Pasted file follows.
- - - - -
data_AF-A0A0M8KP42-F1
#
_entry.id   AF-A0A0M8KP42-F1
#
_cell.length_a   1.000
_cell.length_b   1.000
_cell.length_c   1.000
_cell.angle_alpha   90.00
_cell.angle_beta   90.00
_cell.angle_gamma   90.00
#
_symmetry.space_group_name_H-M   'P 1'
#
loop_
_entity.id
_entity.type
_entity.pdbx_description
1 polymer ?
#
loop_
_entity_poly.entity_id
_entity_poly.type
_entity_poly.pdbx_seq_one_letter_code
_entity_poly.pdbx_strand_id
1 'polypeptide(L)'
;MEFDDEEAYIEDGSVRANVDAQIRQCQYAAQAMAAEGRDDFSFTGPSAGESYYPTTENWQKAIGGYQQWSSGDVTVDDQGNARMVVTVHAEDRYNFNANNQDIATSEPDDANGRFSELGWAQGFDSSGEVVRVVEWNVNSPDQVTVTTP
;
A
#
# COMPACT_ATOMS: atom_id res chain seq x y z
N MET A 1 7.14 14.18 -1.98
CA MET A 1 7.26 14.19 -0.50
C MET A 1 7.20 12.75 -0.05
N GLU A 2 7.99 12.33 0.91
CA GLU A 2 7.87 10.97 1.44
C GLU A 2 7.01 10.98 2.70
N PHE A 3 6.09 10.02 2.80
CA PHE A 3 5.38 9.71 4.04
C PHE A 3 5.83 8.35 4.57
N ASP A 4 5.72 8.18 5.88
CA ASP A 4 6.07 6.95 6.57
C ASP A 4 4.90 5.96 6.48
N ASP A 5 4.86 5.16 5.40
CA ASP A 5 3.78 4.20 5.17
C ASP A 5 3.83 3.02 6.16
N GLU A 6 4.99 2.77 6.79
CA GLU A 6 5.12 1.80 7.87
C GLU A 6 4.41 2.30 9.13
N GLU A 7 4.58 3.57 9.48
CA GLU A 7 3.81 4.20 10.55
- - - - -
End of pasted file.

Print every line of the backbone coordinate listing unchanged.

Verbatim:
data_AF-A0A0M8KP42-F1
#
_entry.id   AF-A0A0M8KP42-F1
#
_cell.length_a   1.000
_cell.length_b   1.000
_cell.length_c   1.000
_cell.angle_alpha   90.00
_cell.angle_beta   90.00
_cell.angle_gamma   90.00
#
_symmetry.space_group_name_H-M   'P 1'
#
loop_
_entity.id
_entity.type
_entity.pdbx_description
1 polymer ?
#
loop_
_entity_poly.entity_id
_entity_poly.type
_entity_poly.pdbx_seq_one_letter_code
_entity_poly.pdbx_strand_id
1 'polypeptide(L)'
;MEFDDEEAYIEDGSVRANVDAQIRQCQYAAQAMAAEGRDDFSFTGPSAGESYYPTTENWQKAIGGYQQWSSGDVTVDDQGNARMVVTVHAEDRYNFNANNQDIATSEPDDANGRFSELGWAQGFDSSGEVVRVVEWNVNSPDQVTVTTP
;
A
#
# COMPACT_ATOMS: atom_id res chain seq x y z
N MET A 1 7.14 14.18 -1.98
CA MET A 1 7.26 14.19 -0.50
C MET A 1 7.20 12.75 -0.05
N GLU A 2 7.99 12.33 0.91
CA GLU A 2 7.87 10.97 1.44
C GLU A 2 7.01 10.98 2.70
N PHE A 3 6.09 10.02 2.80
CA PHE A 3 5.38 9.71 4.04
C PHE A 3 5.83 8.35 4.57
N ASP A 4 5.72 8.18 5.88
CA ASP A 4 6.07 6.95 6.57
C ASP A 4 4.90 5.96 6.48
N ASP A 5 4.86 5.16 5.40
CA ASP A 5 3.78 4.20 5.17
C ASP A 5 3.83 3.02 6.16
N GLU A 6 4.99 2.77 6.79
CA GLU A 6 5.12 1.80 7.87
C GLU A 6 4.41 2.30 9.13
N GLU A 7 4.58 3.57 9.48
CA GLU A 7 3.81 4.20 10.55